Mrs Annie L. Ball was a sister of Mrs L N Hayes, Mrs T B Hubbard and Mrs G C West, all of San Jose, and was the second daughter of Mr and Mrs H. W. McKoy, old residents of Felton, where her life from girlhood, until recently, has been passed. She was united in marriage to Mr Jos. Ball in the early seventies. Three children blessed the union, one deceased, and the two daughters, Lucy and Bessie, now grown to womanhood, and left to mourn the loss of a faithful, devoted mother. Mrs. Ball was a native of El Dorado county, this state, and was aged 45 years at the time of her death. Her bereaved family have the sincere sympathy of a wide circle of friends in their great and unexpected affliction.
DATE: 16 MAR 1901
Also found an obituary for your great-great grandfather, John Glass. He had no funeral ceremony other than the I.O.O.F. rites:
The funeral of John Glass took place in Santa Cruz last Sunday at 11 AM from Odd Fellow's Hall and the interment was in the Odd Fellow's cemetery. There was no ceremony other than the burial service of the order, which was used both in the hall and at the grave. The pall bearers were: A M Fraser, Dan Hartman, G P Lane and Thos Maddock of Boulder Creek; Jas. H Curtis of Felton and Prof W T Forsyth of Santa Cruz.
Date: 28 JUN 1902
Thursday, April 3, 2008
Sunday, March 30, 2008
KTVU coverage of the Traditional Latin Mass at St Margaret Mary Church in Oakland, CA on Easter (23 March) 2008.
Thursday, March 27, 2008
Thursday, March 20, 2008
This is from the passenger manifest for the ship the Andrew Foster, from Liverpool to New York which arrived 9 JAN 1854. The entire manifest is here. I'm not sure, but there's a good chance this is your great-great-grandfather, John Glass (1841-1902), the father of Will Glass who went to the Yukon. The emigration date matches up to what he stated for the census, and he has a brother named Charles (a name which appears throughout the Glass family tree); so far, nothing to suggest this is not the same John Glass.
But the thing I want to call to your attention is the story behind the manifest. The mother (age 40) is travelling with the five children; the father is not on the manifest --- I'd guess that he may have come over during the famine years to earn money, then sent for them later, but that's purely speculation. (I did find a John Glass who arrived in NY in 1852.) So, the mother, Isabella, is travelling with John, age 12; [illegible] son, age 9; Charles, age 6; James, age 4; and Margaret, age 2. Now, scroll over to the far right column, in which it is noted the the mother, Isabella, died on December 15th (in transit), James and Margaret died on December 13th. My eyes well up just typing this. I just hope a father was waiting at the docks to meet them --- I can't imagine what it would have been like to be a 12-year old boy with his 9- and 6-year-old brothers in tow, alone in the streets of New York (they would have ended up on orphan trains were that the case.)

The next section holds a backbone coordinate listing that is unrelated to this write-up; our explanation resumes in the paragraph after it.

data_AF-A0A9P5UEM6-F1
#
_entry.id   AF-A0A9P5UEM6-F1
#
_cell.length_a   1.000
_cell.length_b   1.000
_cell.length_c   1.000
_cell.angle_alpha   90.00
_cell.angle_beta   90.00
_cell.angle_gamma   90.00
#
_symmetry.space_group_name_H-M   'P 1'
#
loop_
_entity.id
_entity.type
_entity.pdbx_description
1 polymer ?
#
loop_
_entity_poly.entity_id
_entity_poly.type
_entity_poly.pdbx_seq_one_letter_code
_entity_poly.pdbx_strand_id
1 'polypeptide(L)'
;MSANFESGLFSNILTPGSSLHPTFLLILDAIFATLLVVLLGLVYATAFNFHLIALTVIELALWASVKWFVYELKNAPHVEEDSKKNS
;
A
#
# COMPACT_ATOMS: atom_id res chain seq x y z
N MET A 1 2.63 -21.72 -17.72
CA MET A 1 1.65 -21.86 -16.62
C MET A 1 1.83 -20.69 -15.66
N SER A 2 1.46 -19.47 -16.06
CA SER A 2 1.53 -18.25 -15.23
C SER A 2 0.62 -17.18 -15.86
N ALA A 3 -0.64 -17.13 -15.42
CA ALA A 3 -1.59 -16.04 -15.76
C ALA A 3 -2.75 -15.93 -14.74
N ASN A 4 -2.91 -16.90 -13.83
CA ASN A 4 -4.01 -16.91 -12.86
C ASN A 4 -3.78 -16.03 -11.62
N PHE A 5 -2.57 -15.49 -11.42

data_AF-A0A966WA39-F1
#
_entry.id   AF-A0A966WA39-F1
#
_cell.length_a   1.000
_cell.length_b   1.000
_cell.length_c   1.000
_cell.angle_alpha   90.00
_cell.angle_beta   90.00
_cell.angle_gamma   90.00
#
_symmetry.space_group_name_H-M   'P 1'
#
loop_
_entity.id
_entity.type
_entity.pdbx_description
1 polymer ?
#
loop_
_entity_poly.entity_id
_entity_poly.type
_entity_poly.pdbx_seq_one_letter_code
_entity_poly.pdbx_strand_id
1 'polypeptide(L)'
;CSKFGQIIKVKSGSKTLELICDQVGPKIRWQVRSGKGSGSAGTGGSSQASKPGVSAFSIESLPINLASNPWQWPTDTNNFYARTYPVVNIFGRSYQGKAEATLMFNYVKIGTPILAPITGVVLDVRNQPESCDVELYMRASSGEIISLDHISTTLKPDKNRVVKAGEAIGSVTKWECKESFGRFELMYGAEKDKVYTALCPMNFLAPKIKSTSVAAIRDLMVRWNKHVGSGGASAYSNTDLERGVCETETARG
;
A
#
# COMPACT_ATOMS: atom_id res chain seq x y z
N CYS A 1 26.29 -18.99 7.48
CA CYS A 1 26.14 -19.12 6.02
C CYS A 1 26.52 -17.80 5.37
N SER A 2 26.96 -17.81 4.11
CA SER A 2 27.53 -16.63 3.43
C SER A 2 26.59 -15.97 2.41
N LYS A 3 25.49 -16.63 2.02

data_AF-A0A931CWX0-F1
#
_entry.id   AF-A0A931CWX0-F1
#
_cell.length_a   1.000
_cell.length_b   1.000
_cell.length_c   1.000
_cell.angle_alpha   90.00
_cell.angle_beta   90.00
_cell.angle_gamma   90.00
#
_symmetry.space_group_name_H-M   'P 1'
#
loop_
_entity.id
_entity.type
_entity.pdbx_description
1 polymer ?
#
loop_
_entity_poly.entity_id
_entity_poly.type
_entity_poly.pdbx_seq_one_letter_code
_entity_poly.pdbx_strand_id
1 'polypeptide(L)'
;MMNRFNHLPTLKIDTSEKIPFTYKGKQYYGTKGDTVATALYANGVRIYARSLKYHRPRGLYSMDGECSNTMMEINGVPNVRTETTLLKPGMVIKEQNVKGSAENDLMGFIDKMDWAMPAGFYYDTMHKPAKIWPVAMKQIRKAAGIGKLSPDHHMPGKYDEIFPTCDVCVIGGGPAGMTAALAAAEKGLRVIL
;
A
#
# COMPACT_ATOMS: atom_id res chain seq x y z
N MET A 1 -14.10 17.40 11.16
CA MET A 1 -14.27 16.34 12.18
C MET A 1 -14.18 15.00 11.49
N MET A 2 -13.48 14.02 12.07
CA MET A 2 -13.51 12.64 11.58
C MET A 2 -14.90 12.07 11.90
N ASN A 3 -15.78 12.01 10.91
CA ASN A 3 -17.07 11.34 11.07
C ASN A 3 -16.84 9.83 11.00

Thursday, March 13, 2008
L.W. Henley and Walter J. Malatesta are the most popular persons in Chicago. The former is secretary of the arrangements committee and the latter is secretary of the Chicago convention committee.
They were nearly mobbed when ticket distribution took place. Malatesta had the worst time trying to divide 2,658 tickets --- Chicago's allotment for those who contributed the money for staging the big show --- among 150,000 applicants.
"I got 73,000 checks from people who wanted to buy tickets," said Malatesta. "It hurt like the dickens to return all that cash."
Sunday, March 9, 2008
"Helen Maltesta gave an impersonation of Pat Rooney in a dance number that scored a big hit. Cleverly costumed and excellent in her performance, the little lady was an instant success."
Not certain if this is the performing troupe that Helen joined that caused the rift with her father.
Thursday, March 6, 2008
Here is the whole newspaper page (Oak Tribune, Thursday 26 Mar 1953), announcing Arden's Hawaii trip.
I also found Carl's Obit:
... and lastly, Arden and Bill's Wedding Announcement (click to enlarge):
Monday, March 3, 2008
I've been fortunate in being able to find several items in the Oakland Tribune's archives on various family members, including several colorful ones involving Myrtle Kalas. The first was her "coming out" party, which featured a dramatic reading by Helen Maltesta (who was then about 12 years old):
(Click to enlarge)
When I showed this article to your Mom, she laughed. She was familiar with all the names of the attendees, and far from being a High Society Deb party, this was pretty much a family birthday party with classmates and young relatives in attendance.
The second article "Local Cupid Snubbed by 15-yr-old Neighbor" describes how Myrtle, when working in the Alameda County Recorder's office (next door to the marriage bureau), opted to apply for a marriage license in San Jose rather than have the snoopy marriage bureau employees find out about her impending nuptials. It was a whirlwind romance: Myrtle and Benjamin were engaged after knowing each other just three weeks:
When your great grandfather, George Maltesta moved alone to San Francisco, Eleanor and Helen moved in with the Kalas family (Anthony Kalas and his wife, Lucy, who was Eleanor's sister. The kids included Myrtle, Anthony, Charles "Quisty", Dolly and Bud.) Helen married Carl Raysor soon thereafter. William Lavery (Eleanor and Lucy's brother) also lived with the Kalases.